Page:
Voters will decide in a special election Sept. 19 whether or not to approve Measure S, which would provide $6.5 million for recreational facilities.
If a two-thirds majority favors of the measure, South Shore is in for an ice rink, playing fields, maintenance for both 25 miles of bike paths and improvements at Tahoe Paradise Park.
John Upton, a South Lake Tahoe Chamber of Commerce representative, said the projects provide the community with a "once-in-a-generation opportunity."
"After 25 years of failed alternatives, we finally have something that can work," he said.
The South Lake Tahoe Recreation Facilities Joint Powers Authority, comprised of the city of South Lake Tahoe, El Dorado County and Tahoe Paradise Resort Improvement District, unanimously voted Wednesday to bring the bond measure before voters in South Lake Tahoe and El Dorado County within the Lake Tahoe Basin.
While the JPA has come to terms with the specific physical needs of the project, the difference between the $5.3 million estimated cost and the $6.5 million bond has raised some eyebrows throughout the community.
JPA board member and City Councilman Hal Cole had some concerns about the estimated costs of the project vs. the bond limit amount and called for a future meeting to discuss these differences in further detail.
"We want the project done in a timely fashion and first class," Cole said.
These additional dollars, according to Upton, are for financing costs, the required $500,000 reserve fund needed to establish a AAA rating with financial rating companies. The rest is for any additional costs should any occur.
However, despite any fluctuation in project costs, the taxes voters will be asked to pay are not subject to change. The fee would be $18 for homeowners, $9 for low-income homeowners and would be applied to businesses on a variable scale.
Kenneth Brown, a seasonal Tahoe Keys resident, questioned a measure that would force a tax on residents like himself who are registered to vote out of state and don't have an opportunity to vote on the project for which, as he claims, will offer little for people like him.
"It's a whole lot of money and obligation over 30 years," he said.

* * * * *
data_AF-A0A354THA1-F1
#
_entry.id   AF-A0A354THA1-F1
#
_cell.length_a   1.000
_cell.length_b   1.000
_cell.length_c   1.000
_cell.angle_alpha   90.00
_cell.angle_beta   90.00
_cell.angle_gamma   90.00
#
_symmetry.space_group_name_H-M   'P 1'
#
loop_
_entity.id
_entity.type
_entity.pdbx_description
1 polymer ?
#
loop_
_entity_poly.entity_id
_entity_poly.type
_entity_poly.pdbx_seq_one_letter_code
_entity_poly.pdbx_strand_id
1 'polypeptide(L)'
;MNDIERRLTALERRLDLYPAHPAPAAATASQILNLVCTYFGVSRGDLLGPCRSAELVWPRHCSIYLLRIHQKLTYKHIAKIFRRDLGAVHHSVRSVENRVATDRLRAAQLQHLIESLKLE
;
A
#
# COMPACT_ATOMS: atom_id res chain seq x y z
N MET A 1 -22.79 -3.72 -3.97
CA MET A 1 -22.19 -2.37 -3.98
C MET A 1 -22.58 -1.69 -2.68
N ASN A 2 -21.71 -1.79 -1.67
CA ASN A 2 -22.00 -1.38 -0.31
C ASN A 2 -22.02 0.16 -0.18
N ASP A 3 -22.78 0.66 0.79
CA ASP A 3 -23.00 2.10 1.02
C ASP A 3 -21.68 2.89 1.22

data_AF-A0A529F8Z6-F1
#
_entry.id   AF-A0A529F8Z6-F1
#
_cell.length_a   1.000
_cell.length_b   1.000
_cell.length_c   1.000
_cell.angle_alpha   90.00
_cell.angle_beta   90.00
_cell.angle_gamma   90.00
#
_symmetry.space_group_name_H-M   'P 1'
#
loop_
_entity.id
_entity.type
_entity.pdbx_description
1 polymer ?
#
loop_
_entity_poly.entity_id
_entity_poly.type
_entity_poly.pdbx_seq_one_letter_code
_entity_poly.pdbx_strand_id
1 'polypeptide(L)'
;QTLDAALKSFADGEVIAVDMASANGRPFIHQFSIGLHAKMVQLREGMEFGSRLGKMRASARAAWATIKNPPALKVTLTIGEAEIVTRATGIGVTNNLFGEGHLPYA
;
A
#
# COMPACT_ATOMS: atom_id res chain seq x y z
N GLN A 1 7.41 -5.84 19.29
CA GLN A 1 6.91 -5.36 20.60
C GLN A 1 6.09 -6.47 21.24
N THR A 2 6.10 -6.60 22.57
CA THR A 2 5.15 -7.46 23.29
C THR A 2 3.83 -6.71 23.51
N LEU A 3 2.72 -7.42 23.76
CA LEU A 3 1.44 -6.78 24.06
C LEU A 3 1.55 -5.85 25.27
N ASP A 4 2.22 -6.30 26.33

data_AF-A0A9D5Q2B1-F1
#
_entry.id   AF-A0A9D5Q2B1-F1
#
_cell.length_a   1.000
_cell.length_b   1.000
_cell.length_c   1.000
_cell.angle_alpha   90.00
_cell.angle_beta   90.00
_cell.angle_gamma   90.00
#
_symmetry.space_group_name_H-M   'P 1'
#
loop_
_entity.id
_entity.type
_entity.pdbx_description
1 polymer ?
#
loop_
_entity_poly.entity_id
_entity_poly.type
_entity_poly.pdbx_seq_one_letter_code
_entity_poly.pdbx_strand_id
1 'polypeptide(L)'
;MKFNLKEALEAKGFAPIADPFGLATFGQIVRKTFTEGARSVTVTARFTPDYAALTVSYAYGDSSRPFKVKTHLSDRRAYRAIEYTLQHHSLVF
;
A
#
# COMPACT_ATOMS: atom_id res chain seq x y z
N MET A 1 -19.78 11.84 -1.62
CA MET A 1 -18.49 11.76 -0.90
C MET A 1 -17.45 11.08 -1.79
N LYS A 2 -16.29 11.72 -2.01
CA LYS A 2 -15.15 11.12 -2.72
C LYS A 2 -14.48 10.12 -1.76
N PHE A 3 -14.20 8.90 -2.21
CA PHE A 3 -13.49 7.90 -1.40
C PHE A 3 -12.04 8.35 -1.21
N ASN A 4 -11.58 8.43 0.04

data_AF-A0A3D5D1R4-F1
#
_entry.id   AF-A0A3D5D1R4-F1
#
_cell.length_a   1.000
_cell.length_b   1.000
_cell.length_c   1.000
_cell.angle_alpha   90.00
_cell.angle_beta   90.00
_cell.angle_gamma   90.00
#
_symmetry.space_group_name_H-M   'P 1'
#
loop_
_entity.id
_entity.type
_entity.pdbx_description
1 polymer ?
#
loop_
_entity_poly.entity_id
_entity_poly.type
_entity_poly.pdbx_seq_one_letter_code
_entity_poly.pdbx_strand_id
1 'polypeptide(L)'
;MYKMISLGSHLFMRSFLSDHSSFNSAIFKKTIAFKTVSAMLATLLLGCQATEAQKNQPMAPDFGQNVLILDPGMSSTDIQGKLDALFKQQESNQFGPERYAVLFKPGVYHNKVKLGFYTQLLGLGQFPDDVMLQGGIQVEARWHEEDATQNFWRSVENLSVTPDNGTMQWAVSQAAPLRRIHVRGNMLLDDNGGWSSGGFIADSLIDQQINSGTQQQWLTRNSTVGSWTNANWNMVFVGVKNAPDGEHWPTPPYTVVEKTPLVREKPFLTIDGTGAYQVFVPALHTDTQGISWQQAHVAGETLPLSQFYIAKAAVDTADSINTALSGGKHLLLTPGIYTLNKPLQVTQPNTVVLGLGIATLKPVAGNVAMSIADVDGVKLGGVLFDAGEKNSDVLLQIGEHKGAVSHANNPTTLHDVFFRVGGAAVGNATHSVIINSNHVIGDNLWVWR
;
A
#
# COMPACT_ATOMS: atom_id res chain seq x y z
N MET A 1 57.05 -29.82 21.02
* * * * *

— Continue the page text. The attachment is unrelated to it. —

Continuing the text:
If passed, Measure S would bring a $3.8 million ice rink facility to Rufus Allen Boulevard, four new playing fields near Lake Tahoe Community College for $1.3 million and $200,000 in improvements for Tahoe Paradise Park. In addition, the bond would provide about $225,000 per year for maintenance for the new fields, Tahoe Paradise Park and for 25 miles of bike trails to be built by the California Tahoe Conservancy.
The project, however, is a "perishable opportunity," Upton said. The $12 million that will create a 9.2-mile bike path that would run from Meyers to Stateline on the old California Department of Transportation right-of-way is contingent on the passing of Measure S. Also, $500,000 from El Dorado County for playing fields is also contingent on Measure S passing.
Business owners who want to find out their specific tax rates should contact city or county offices.
Proposition NO. A: To maintain new bike trails, acquire, construct and equip athletic fields and an ice rink, upgrade Paradise Park Facilities, qualify for $12.5 million in County/State grants, and fund reserves shall (i) Community Facilities District No. 2000-1 of the South Lake Tahoe Recreation Facilities Joint Powers Authority issue $6,500,000 of bonds (ii) levy special taxes to pay for such facilities for maintenance thereof, and incidental expenses, including debt service on such bonds; (iii) establish the District's annual appropriations limit at $6,500,000 all as provided in Resolution 05 and 06 of the Authority?